Acceptance does not mean you will not struggle still; it doesn’t mean that your thoughts surrounding physical beauty are one hundred percent healthy and you’re cured from self-criticism, but it does mean you’re working to love yourself. “What makes me beautiful is all of me inside and out, from my kind and giving heart; my goofy, blunt, and opinionated personality; all the way to the outer me: my eyes, my lips, my size, and my big hair,” Shyla says. “As a woman you are always under pressure to be thin, to be pretty, to be stylish, to be nice, and to be everything for everyone at some point in time. It took me until recently to figure out what I like, what I think it’s beautiful, and that it’s okay for that to be many different things.”
While it’s important that self-love and beauty come from within, sometimes we need the support of others to pull ourselves out of a dark place or embrace a new image. Rebecca had always valued scars. On others she found them glorious stories of a life lived, so she didn’t struggle too much with the bold new accessory on her skin. Other ways her body changed, however, were a struggle, and the gentle reminders of her beauty from others—friends who said they liked her no-hair look, her husband’s reminders that he found her attractive, reassurance from her own mother—helped her accept her changing form and become comfortable in her new skin.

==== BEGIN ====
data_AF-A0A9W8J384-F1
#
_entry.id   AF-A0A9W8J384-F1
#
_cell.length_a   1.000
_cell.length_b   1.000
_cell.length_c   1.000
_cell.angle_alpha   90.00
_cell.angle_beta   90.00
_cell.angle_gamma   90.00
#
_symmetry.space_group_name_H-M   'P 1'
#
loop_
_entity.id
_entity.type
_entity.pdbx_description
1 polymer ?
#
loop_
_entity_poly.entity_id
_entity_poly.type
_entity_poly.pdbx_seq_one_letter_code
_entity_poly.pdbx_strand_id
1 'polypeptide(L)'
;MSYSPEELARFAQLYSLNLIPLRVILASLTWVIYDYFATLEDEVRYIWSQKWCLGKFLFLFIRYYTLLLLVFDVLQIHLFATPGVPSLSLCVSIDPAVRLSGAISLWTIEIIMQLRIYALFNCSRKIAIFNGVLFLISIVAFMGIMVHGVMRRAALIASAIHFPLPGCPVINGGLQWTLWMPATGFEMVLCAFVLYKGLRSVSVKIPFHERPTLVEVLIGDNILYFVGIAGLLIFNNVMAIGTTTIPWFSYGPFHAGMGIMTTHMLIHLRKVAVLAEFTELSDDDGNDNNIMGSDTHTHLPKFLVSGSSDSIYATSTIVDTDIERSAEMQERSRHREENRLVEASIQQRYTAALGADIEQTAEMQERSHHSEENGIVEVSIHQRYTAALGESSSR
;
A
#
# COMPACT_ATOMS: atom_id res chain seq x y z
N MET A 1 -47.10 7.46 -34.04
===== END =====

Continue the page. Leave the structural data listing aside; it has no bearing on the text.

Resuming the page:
Shannon, too, has learned to value her scars—both physical and emotional. Instead of letting them hold her back, she embraces them, let’s them make her better. She feels pain every time she holds a heavy camera, something left over from the broken elbow that never fully healed. But Shannon won’t let the pain someone else gave her hold her back. It’s her message to the world that she can’t be stopped. Today, Shannon’s scars remind her to push forward. “I am strong, determined, and confident. Something I wasn’t before.”
Shannon’s emotional scars are more prominent, echoed in the way she chooses to live her life every day, letting them humble her and expose perfection for the myth it is. She’s given herself her own scars, too—etchings to honor the pain of the past. These are her tattoos, one of which is prominent in her company logo; a semicolon to signal the emotional pain that comes with losing a loved one to suicide—in this case her father—and the survivors suicide leaves behind, like herself.